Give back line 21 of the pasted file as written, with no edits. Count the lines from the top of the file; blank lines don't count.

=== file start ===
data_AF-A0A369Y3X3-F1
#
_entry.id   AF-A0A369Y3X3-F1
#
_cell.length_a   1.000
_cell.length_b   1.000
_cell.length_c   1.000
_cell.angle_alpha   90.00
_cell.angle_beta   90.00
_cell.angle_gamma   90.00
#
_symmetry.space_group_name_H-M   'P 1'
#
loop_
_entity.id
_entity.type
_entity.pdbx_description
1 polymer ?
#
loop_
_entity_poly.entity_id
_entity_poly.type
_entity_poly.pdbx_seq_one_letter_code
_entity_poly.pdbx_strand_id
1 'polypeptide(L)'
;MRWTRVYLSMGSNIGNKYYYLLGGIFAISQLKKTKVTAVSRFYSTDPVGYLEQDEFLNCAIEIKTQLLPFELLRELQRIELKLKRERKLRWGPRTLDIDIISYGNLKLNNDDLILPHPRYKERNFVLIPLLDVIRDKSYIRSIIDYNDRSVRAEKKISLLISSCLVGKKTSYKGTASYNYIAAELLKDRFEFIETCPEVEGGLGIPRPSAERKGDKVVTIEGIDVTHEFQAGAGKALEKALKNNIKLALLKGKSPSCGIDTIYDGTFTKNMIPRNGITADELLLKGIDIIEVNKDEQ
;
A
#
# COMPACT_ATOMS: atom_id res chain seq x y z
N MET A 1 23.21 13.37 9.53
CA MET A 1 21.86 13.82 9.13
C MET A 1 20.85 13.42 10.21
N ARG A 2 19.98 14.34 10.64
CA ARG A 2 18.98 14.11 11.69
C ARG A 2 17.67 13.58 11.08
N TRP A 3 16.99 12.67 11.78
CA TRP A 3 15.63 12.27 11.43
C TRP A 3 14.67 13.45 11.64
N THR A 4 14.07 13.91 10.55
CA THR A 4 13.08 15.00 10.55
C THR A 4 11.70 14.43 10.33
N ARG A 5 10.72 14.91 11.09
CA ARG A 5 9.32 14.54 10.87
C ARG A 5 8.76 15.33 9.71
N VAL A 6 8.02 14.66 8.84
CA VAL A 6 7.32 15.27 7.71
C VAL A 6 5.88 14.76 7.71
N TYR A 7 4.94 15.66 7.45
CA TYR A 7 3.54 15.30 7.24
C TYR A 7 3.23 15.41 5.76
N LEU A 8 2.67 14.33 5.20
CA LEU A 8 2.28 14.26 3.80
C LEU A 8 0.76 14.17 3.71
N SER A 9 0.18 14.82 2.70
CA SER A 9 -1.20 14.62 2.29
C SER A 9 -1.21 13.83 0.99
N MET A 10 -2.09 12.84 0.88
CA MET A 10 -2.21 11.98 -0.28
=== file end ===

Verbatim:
_entity_poly.entity_id